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Dáil prepares for final days before dissolution

The Dáil schedule is cleared to allow the Finance Bill to be sped through – and may be in on Saturday night to wrap up.

The 30th Dáil is likely to be dissolved in the coming days, after the main parties struck a deal to pass the Finance Bill last night.
The 30th Dáil is likely to be dissolved in the coming days, after the main parties struck a deal to pass the Finance Bill last night.
Image: Wikimedia Commons

DÁIL ÉIREANN will begin what will almost certainly begin the final week of its current term today, as its entire weekly schedule is cleared to allow Fianna Fáil’s minority government to rush through its Finance Bill before calling an election.

Last night’s agreement between Brian Lenihan and the finance spokespersons of Fine Gael, Labour and the Greens means that the opposition – most notably Labour – will take their motions of no confidence in the government off the agenda, and allow Fianna Fáil to push through the final leg of its Budget legislation before calling time on the 30th Dáil.

The ordinary Dáil routine – which is governed by timetabled question-and-answer sessions to each minister, as well as the high-profile batches of oral questions to the Taoiseach – has been completely abandoned, with the Dáil expected to start the ‘second stage’, the main debate on the Bill, shortly after it reconvenes at 2:30pm.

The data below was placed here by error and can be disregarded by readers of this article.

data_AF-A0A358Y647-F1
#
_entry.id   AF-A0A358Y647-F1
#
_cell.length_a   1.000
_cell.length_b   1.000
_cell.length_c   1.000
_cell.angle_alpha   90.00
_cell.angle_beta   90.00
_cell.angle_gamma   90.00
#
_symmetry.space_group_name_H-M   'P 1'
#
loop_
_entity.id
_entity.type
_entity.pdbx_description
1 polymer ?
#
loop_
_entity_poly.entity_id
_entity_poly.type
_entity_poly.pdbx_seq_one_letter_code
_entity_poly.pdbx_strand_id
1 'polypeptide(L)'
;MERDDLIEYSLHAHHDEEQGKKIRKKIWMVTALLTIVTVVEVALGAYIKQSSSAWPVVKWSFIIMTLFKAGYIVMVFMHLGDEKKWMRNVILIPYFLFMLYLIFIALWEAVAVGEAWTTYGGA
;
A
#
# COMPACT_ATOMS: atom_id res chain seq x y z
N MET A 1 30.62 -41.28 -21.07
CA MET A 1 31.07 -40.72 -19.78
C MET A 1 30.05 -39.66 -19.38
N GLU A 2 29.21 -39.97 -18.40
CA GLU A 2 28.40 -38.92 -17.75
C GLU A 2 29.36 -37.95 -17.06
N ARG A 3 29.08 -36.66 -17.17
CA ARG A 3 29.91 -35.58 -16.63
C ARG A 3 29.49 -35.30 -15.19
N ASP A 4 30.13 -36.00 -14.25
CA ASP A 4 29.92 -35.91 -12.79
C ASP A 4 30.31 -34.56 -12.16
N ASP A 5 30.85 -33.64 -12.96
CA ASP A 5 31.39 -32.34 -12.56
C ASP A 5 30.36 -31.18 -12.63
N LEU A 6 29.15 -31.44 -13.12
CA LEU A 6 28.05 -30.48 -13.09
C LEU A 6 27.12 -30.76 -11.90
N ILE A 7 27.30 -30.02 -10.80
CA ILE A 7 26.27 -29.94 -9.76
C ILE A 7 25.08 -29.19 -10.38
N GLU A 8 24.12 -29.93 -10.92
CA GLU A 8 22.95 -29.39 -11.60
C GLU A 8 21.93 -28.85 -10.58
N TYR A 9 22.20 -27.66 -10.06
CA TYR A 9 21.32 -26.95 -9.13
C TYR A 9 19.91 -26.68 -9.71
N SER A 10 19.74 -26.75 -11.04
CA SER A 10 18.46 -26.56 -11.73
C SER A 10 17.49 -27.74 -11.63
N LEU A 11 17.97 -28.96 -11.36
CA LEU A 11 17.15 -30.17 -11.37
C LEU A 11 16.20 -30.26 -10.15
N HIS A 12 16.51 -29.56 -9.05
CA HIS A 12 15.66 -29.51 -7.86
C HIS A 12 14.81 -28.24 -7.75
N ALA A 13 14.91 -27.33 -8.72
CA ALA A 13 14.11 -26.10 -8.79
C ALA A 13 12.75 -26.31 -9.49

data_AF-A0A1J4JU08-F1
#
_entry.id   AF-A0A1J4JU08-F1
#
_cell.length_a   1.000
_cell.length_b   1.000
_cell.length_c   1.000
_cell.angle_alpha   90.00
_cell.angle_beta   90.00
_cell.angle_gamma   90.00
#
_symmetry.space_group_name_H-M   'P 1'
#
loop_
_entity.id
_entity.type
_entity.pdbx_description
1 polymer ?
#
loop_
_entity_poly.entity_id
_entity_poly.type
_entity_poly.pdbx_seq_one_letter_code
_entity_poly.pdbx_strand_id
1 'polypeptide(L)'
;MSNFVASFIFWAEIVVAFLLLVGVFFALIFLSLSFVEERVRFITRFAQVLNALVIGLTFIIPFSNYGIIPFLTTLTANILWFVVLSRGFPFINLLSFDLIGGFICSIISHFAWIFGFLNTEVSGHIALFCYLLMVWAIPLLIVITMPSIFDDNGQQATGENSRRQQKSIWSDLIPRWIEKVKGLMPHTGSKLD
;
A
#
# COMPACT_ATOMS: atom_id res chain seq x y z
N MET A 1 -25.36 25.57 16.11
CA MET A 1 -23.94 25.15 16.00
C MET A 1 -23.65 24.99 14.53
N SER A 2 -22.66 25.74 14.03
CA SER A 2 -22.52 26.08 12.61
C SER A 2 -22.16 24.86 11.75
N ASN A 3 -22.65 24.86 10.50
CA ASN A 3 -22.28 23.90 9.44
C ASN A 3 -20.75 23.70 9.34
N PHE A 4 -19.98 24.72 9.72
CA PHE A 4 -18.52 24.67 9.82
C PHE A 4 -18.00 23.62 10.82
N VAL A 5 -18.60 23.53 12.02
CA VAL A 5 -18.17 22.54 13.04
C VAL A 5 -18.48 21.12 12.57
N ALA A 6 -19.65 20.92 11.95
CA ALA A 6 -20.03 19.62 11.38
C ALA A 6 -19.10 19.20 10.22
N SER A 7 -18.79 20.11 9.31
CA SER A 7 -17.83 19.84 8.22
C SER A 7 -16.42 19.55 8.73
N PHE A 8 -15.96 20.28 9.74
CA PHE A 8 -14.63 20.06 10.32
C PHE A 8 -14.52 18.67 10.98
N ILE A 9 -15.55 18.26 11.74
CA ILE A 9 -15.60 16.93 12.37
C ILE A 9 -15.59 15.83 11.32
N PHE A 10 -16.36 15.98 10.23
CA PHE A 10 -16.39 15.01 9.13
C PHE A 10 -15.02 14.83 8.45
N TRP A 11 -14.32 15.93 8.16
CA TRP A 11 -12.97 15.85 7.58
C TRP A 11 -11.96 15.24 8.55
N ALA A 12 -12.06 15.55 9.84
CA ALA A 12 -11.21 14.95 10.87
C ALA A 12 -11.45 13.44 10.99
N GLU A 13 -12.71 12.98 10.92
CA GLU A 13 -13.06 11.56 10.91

That debate is expected to wrap up early tomorrow morning, giving the Dáil all day Wednesday and some time on Thursday morning to complete the ‘committee stage’ where amendments are tabled and discussed, and the final stages to be discussed that afternoon.

The Seanad will complete a similar procedure throughout Friday and Saturday, with the government intending its passage through the upper house by Saturday evening. TDs will remain present, however, in case Seanad amendments require the Dáil to reconvene and vote on them.

Brian Cowen may take the opportunity of a Saturday evening sitting to announce his plans for dissolving the Dáil, or he may alternatively wait until the Dáil would be next scheduled to meet, on Tuesday February 1, to tell the Dáil he was going to seek its dissolution.

That occasion would also be used to allow retiring TDs to make farewell speeches to the house, should they want to. If the opposition parties are not satisfied with the progress of the Bill by that date, they’ll then move their motions of no confidence during government time, triggering an election anyway.

Regardless of whether it is dissolved on Saturday night or at any time before the weekend after next, the election is almost certain to take place on February 25, assuming that Brian Cowen wants to hold polling on a Friday.

That is almost certain, given that Cowen’s earlier prospective date for the election (March 11) was also a Friday.

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About the author:

Gavan Reilly

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